Back in 2010, the darkly satirical film Four Lions followed a bumbling group of radicalised British jihadis who, while incompetent, cause a lot of mayhem and destruction.
The Chris Morris movie springs to mind after the images of some of the people involved in the mob takeover of the United States Capitol in Washington last Thursday.
There were rioters caught on camera who looked like characters from a US remake of the film, (working title Four Eagles).
The guy with the fur pelt and horns; the one who lounged in the Speaker’s office; another man who was helpfully wearing his work ID tag; and someone else on a sick day who joined in, was photographed, and got caught out.
People were even photographed with the words “civil war” on their clothes.
It is easy to dismiss such people as radicalised but bumbling clowns, and the bubble of fiery online rhetoric that surrounds them as just big talk.
But five people died, police were injured and journalists roughed up.
In one video, a policeman yelled for help as he was crushed by protesters inside the Capitol – pinned between a riot shield and a door.
One man was later arrested after asking police for assistance to get to his ute, parked in the area. They allegedly found 11 Molotov cocktails and a rifle in it.
And the FBI is hunting a suspect after two pipe bombs were found near the Capitol.
People prepared to take part in violence don’t have to be smart or competent to do damage.
Often people can gain advantage by doing what others don’t expect or can’t imagine.
And mixed among the selfie-taking brigade at the Capitol were more problematic people including some with reported links to white supremacist and far-right groups. A member of the Proud Boys from Hawaii was arrested.
The mob was fired up by United States President Donald Trump’s false claims of a stolen election.
A West Virginia Republican state politician who actually recorded himself storming the Capitol is facing a criminal charge. Even after the attack some Republicans in Congress persisted with futile efforts to challenge the election win of President-elect Joe Biden.
The Washington Post reported that investigators are looking at whether some may be current or former police or soldiers.
A Washington policeman said on Facebook that off-duty officers and members of the military were rioters and flashed ID as they tried to overrun the building. The Seattle Police Department said at least two of its officers were reportedly there.
Overall, emerging evidence points to the fact that the storming of the Congress building could have been much worse. Twitter is warning of a possible second attack attempt at the Capitol on January 18 NZT – three days before Biden’s inauguration.
If police hadn’t shifted senators and representatives to safety, the US Vice President Mike Pence, his soon-to-be successor Kamala Harris, and leaders such as Mitch McConnell, Chuck Schumer and Nancy Pelosi could have been harmed.
Online postings before the rally in Washington referred to storming the Capitol and bringing guns and zip ties – which could have been used in a hostage situation – to the event.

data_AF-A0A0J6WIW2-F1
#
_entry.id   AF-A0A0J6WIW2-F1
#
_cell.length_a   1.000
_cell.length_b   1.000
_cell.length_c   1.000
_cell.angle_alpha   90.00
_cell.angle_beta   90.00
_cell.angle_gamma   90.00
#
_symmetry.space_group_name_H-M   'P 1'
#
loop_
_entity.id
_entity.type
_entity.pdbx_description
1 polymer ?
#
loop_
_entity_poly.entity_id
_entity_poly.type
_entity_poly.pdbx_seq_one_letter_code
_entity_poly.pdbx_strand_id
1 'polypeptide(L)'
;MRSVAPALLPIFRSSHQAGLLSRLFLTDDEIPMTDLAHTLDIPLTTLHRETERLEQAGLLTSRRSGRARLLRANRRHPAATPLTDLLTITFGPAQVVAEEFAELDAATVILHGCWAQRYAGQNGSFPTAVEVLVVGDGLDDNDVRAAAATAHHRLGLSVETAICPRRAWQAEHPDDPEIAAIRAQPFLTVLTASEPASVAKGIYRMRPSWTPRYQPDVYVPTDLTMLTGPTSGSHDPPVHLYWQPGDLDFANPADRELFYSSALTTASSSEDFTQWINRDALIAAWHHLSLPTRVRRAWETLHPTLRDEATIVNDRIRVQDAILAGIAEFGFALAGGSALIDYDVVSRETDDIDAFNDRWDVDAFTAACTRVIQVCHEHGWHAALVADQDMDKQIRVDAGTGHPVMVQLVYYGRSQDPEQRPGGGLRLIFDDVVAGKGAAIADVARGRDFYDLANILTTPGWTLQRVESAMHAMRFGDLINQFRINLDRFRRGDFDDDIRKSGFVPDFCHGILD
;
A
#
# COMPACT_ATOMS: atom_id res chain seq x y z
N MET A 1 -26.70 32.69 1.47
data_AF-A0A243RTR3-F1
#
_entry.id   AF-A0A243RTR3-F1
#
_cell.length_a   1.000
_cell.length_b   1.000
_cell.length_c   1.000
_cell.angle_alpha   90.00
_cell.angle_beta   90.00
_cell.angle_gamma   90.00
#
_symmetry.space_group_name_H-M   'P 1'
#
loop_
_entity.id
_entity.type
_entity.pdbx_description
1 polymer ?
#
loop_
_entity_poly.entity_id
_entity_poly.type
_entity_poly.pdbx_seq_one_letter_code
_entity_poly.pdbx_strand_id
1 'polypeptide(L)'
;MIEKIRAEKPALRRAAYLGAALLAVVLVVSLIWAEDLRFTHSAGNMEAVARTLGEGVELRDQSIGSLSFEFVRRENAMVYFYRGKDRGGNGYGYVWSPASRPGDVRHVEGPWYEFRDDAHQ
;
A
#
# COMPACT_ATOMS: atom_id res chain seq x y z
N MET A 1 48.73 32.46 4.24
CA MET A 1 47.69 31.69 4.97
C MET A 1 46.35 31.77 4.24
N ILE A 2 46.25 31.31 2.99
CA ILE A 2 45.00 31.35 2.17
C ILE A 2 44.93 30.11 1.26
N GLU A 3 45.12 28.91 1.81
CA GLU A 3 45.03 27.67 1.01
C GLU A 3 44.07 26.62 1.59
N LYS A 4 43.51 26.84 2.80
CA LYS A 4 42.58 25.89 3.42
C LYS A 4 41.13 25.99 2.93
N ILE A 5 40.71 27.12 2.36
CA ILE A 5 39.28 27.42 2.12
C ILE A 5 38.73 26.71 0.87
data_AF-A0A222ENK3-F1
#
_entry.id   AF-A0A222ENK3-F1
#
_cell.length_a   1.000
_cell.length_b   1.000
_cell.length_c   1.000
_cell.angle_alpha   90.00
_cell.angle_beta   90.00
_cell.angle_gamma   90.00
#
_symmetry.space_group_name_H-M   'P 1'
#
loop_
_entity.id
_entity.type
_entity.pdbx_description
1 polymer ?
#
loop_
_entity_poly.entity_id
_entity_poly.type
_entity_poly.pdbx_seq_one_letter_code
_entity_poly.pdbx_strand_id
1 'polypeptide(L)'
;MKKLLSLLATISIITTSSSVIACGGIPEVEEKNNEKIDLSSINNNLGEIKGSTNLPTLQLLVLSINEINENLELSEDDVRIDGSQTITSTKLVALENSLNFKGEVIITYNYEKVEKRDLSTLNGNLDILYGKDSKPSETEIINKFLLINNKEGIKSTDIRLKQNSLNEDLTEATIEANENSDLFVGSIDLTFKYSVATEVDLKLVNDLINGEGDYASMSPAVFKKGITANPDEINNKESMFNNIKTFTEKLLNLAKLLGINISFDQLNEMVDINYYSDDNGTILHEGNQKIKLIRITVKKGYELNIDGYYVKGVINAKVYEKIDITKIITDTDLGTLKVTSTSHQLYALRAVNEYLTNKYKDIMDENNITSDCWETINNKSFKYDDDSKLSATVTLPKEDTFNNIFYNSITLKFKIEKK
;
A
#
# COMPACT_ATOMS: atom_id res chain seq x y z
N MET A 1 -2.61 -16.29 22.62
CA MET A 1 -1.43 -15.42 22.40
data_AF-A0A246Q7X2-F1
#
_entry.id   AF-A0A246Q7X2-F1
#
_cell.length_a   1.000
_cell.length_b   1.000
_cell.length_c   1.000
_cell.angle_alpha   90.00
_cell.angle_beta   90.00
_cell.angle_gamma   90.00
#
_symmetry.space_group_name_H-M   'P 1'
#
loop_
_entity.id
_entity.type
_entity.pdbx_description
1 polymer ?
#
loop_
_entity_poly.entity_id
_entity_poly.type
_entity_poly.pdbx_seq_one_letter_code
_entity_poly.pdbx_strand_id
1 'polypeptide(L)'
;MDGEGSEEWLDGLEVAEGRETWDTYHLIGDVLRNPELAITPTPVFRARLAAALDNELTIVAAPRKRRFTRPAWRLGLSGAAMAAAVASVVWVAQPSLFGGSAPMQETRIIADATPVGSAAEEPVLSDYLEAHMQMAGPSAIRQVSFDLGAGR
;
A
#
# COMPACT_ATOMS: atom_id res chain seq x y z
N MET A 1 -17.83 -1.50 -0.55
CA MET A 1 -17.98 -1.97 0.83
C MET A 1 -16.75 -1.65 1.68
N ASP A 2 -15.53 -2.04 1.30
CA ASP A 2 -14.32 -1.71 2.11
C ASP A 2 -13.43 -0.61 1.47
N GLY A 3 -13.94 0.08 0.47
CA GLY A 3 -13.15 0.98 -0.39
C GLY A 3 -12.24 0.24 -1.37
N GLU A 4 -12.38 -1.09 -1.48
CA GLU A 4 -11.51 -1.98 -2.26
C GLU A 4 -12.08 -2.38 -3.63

A man photographed holding zip ties at the scene was identified by the New Yorker as a veteran air force officer.
Rioters were overheard by journalists talking about executing Pence, who was overseeing the certification of Biden’s victory, despite pressure from Trump not to do so.
It’s very reminiscent of both the invasion of Michigan’s state capitol by armed militia types and the plot to kidnap and put on “trial” Governor Gretchen Whitmer last year.
Unfortunately, it is likely the beginning of a new era of domestic far-right violence as the old, predominantly white and rural America increasingly loses power to the more diverse and urban America.
The US has an excess of military rifles, equipment and people experienced in the ways of conflict after decades of war. The threat of white nationalist far-right groups has been growing.
The September 11, 2001 attacks were heavily planned. More recent international attacks, including the Christchurch shootings, have been on a simple but still very deadly scale with guns and vehicles that don’t require a lot of expertise.
Much has been made of how different the police response was in comparison to the racially diverse Black Lives Matter protests last year when far more people were arrested, tear-gassed, beaten and hit with rubber bullets.
This time some police were filmed using spray and shields against the mob. One person breaking in was shot by police.
Video showed officers doing nothing as rioters walked by in the Capitol. At least one was snapped having a selfie taken with rioters, another helped someone down the steps outside. People who had just committed crimes were allowed to walk away.
It looked at least like some combination of a racial and cultural double standard, insufficient police numbers, a miscalculation of the threat, and an attempt at de-escalation.
Houston police chief Art Acevedo said he thought officers might have seen a largely white group as less hostile.
“They see Black Lives Matter and go ‘Oh my God, we’ve got to be ready’. But, hey, these people have their blue lives matter flags all over the place. And that bias and that false sense of security bit them.”
Video footage of rioters certainly seemed to show a lack of fear of any consequences.
But security and the investigation into the perpetrators has been stepped up with dozens of arrests.
The investigation into the security and intelligence failures will be lengthy.
The political and security ties to the Capitol rioters when fully exposed will make Watergate look like a drop in the bucket.
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